Cultural Impact of the Railway of Victorian England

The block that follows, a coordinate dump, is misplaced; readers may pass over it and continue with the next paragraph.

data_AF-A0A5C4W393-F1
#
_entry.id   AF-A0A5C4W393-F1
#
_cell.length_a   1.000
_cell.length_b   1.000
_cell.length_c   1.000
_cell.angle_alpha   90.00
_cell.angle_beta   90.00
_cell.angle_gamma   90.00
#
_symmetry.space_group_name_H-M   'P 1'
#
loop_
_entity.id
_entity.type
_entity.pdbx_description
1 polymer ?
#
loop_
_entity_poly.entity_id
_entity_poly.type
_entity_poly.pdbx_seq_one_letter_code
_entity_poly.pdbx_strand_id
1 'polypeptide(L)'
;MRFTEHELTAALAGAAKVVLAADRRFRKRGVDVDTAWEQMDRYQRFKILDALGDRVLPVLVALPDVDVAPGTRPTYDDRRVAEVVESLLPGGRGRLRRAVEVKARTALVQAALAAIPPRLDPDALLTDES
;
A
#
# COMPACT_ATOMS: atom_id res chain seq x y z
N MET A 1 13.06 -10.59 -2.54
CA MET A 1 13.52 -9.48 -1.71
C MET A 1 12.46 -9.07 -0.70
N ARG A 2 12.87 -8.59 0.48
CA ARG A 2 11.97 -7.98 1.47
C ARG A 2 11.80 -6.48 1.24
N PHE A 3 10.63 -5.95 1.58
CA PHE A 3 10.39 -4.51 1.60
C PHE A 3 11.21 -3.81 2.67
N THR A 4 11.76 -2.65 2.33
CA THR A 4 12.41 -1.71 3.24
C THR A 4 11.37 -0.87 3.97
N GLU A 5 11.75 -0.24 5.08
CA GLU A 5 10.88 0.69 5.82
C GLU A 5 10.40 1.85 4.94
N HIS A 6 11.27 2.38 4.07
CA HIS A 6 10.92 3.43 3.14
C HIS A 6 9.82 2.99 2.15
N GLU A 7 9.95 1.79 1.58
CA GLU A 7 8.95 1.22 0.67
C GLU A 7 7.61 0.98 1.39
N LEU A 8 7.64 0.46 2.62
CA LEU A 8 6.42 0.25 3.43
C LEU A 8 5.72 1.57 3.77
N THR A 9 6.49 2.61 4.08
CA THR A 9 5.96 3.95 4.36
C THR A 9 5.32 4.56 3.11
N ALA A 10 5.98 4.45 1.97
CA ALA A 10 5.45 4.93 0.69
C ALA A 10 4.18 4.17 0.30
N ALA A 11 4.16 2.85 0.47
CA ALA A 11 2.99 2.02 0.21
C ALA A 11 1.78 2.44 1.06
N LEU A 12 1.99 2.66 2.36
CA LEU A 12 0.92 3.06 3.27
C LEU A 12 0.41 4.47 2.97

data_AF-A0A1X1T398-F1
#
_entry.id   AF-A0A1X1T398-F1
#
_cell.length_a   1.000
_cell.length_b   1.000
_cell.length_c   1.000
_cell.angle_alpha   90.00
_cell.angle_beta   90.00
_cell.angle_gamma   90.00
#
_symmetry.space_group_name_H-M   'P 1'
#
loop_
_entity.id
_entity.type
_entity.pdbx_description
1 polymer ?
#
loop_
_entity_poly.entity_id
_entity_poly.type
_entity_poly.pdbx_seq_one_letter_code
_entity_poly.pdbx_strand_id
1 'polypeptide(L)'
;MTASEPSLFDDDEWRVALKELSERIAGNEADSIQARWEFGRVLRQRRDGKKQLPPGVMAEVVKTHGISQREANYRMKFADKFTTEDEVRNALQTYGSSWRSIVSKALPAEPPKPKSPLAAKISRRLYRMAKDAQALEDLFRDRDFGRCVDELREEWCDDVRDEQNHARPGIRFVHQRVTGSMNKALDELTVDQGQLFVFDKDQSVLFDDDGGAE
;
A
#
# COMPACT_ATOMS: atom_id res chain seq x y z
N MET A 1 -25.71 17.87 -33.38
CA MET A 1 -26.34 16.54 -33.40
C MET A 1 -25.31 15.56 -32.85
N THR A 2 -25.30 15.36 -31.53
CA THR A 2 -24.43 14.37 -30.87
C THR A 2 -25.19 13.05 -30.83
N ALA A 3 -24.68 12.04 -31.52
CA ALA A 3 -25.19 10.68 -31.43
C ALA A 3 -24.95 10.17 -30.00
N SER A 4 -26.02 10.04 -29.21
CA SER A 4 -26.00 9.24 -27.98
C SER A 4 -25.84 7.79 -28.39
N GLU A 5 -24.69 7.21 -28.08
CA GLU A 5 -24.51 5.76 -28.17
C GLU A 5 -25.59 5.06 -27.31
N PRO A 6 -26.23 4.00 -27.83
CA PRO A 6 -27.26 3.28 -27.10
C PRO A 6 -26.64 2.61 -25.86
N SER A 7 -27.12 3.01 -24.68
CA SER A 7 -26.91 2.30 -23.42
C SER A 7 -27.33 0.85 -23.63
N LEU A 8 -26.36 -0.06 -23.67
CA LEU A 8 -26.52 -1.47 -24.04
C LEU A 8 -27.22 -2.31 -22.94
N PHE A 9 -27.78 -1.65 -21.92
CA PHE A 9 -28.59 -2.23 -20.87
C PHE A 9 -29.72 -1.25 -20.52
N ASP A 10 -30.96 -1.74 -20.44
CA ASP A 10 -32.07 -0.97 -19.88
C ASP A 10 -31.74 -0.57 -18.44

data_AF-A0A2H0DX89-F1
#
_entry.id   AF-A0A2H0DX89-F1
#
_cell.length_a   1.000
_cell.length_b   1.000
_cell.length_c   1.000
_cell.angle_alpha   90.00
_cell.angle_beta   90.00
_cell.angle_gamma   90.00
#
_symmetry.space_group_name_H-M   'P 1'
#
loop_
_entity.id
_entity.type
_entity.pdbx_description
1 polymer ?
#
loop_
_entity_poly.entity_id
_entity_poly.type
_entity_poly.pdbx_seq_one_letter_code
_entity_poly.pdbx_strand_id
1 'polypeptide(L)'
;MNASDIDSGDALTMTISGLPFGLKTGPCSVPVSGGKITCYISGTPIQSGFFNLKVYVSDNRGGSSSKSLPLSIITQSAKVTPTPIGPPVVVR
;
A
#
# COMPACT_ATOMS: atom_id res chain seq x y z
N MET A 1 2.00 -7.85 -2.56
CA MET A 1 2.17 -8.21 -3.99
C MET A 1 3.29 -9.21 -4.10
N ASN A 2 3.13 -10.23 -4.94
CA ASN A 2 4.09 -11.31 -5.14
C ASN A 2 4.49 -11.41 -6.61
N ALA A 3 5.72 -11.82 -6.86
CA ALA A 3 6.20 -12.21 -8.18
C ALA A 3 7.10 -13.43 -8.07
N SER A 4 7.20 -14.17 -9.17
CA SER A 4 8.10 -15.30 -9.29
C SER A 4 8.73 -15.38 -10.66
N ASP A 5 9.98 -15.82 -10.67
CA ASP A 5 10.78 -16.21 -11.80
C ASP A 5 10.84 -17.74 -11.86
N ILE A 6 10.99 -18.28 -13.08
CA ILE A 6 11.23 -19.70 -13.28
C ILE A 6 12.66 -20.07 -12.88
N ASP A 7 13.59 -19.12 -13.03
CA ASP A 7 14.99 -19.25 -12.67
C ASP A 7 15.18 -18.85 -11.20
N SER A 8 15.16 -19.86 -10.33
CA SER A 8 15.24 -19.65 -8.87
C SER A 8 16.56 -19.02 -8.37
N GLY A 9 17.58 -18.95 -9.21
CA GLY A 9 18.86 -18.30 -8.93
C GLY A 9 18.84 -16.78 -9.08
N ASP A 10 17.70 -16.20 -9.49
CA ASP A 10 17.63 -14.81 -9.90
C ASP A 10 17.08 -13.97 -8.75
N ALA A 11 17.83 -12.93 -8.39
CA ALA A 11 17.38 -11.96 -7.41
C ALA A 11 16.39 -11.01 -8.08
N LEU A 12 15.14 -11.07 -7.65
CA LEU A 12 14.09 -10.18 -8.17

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Introduction At the beginning of the industrial revolution in England during the mid-nineteenth century, the railroad was the most innovative mode of transportation known. The British Rail system was a forerunner in railroad technology, uses, and underground engineering. Though the rail system was extremely slow at first and prohibitively expensive to build and run, the British were not to be dissuaded in their pursuit of non-animal driven transportation. The most advanced mode of transportation prior to the introduction of the rail system was the horse drawn omnibus on a track, called a tram. This paper will examine the rail system from a cultural perspective, presenting the impact the railway had on everyday lives in Victorian London and its surrounding communities. History Though there was over 350 miles of railway laid throughout England in 1801, there was no commercially viable railway implemented before the 1830's. Some rails were still made of wood, others iron and the first trains traveled at the pace of 3.5 miles per hour, significantly slower than the horse drawn coach which traveled at a speed of 9-10 miles per hour. According to Jack Simmons in his book, The Railway in England and Wales, 1840-1914, the Manchester-Liverpool line is notable to mention because it did three things no other railway to date had: 1) all traction was mechanical for the first time; 2) the Company carried both passengers and freight; and 3) the linkage of two commercial towns was exceptional. The concept that a man could leave his town to conduct business in another town and be back in his own home the same day was unheard of. People found this aspect of the railway very enticing. Simmons writes, "There was no doubt at the time about the... ... middle of paper ... ...lume 1, The System and its Working. Leicester University Press. Leicester, England. 1978. Kellett, John R. The Impact of Railways on Victorian Cities. Routledge & Kegan Paul, London. 1969. Head, F. B. Stokers and Pokers (or the London and North Western Railway, The Electric Telegraph and The Railway Clearing-House. Augustus M. Kelley, New York. 1969 . Dickens, Charles. Dombey and Son. 1848. London: Penguin Classics, 1985. Pollins, Harold. "Transport Lines and Social Divisions" from London Aspects of Change: Edited by the Centre for Urban Studies. MacGibbon & Kee, London. 1964. MacKenzie, John M. and Richards, Jeffrey. The Railway Station, A Social History. Oxford University Press, Oxford. 1986. London Times, November 1839. Footnotes 1. George Pryme, Professor of Political Economy at Cambridge, as quoted by Jack Simmons 2. Punch 44 (1863) 184.

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